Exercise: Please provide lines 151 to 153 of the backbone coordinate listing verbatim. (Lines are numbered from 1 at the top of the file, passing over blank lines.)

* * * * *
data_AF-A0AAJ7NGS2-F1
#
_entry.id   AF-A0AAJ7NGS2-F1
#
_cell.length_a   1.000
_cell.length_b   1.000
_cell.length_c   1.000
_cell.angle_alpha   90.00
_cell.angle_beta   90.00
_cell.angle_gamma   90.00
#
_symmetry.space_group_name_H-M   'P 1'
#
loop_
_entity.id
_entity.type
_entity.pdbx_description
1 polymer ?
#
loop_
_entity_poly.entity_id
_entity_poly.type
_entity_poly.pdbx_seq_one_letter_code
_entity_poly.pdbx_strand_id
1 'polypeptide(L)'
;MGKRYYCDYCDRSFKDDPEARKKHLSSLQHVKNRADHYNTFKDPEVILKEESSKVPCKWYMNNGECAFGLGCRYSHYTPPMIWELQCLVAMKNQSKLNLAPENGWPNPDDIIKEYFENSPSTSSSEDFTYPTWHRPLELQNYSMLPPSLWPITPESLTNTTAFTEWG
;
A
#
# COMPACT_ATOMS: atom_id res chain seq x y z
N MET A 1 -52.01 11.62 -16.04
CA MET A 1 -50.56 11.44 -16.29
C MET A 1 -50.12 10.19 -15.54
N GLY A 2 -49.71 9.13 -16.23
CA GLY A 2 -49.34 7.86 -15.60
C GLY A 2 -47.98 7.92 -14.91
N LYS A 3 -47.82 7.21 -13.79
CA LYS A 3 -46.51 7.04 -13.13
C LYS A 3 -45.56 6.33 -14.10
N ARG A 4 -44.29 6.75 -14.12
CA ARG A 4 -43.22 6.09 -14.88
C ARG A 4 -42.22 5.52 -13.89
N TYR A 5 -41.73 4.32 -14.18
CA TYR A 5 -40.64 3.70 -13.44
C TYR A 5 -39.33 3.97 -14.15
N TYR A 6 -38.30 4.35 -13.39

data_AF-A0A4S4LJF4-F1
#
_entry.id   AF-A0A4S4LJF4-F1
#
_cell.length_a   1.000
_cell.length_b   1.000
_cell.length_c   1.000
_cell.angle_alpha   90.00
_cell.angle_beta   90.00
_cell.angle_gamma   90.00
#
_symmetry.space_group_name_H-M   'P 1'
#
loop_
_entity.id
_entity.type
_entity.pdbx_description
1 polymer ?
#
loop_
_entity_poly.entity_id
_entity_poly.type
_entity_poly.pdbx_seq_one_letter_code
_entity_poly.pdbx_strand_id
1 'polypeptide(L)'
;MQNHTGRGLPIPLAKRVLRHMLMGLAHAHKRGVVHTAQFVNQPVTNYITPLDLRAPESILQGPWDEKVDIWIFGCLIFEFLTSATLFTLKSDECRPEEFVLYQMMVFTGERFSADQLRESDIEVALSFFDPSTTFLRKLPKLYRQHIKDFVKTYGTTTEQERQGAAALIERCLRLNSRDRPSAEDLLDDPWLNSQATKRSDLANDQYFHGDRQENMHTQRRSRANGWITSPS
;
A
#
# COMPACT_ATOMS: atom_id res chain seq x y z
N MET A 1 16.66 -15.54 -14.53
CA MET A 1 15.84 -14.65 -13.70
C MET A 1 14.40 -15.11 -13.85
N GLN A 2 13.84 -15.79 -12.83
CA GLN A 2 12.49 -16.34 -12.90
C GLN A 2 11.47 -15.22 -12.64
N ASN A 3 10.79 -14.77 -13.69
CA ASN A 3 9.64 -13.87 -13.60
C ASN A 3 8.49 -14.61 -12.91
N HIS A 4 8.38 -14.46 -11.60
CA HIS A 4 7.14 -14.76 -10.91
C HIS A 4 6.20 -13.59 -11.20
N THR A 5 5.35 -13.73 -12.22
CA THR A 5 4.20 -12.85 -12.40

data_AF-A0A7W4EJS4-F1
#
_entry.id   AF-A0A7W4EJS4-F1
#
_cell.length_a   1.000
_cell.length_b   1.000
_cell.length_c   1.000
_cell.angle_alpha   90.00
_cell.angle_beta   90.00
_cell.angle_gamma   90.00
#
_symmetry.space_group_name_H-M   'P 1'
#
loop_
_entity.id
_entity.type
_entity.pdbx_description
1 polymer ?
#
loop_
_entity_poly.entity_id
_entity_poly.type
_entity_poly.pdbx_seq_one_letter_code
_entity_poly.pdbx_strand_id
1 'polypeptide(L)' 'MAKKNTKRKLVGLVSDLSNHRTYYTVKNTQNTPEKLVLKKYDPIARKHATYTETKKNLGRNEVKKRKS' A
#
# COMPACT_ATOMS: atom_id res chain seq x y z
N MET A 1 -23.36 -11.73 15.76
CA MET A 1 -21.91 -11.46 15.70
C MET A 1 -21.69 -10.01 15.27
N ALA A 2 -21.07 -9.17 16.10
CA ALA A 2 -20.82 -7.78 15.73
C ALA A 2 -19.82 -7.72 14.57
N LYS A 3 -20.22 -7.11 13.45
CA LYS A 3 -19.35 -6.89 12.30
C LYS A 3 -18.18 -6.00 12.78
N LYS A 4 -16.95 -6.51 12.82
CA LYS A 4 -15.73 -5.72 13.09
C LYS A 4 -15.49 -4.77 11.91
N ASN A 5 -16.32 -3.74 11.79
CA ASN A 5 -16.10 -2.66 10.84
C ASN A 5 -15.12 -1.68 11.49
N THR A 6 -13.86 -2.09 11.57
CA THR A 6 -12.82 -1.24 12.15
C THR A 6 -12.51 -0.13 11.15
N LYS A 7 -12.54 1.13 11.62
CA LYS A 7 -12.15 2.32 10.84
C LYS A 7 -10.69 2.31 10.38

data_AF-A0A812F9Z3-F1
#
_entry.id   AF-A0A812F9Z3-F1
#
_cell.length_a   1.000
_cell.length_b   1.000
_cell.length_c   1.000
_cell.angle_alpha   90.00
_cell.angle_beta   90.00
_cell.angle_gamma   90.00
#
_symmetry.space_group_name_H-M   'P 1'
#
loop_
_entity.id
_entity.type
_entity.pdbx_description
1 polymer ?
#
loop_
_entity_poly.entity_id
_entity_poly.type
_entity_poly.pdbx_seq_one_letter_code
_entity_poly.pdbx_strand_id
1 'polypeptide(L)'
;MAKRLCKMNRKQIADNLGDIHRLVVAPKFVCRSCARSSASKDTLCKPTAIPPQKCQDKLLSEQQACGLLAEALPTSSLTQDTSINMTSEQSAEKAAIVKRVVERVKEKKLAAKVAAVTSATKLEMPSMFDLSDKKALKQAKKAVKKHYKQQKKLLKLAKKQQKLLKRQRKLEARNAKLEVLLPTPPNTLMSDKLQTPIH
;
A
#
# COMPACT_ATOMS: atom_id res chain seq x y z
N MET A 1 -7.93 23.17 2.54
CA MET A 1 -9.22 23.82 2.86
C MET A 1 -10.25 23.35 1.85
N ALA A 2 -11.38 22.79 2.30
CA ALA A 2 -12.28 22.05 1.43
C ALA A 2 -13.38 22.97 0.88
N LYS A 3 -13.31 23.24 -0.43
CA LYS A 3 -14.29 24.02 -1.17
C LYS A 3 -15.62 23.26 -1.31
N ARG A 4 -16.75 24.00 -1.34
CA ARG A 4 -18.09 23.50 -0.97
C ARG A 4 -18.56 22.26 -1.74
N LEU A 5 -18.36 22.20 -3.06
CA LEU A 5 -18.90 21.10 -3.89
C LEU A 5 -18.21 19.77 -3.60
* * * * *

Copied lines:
#
loop_
_entity.id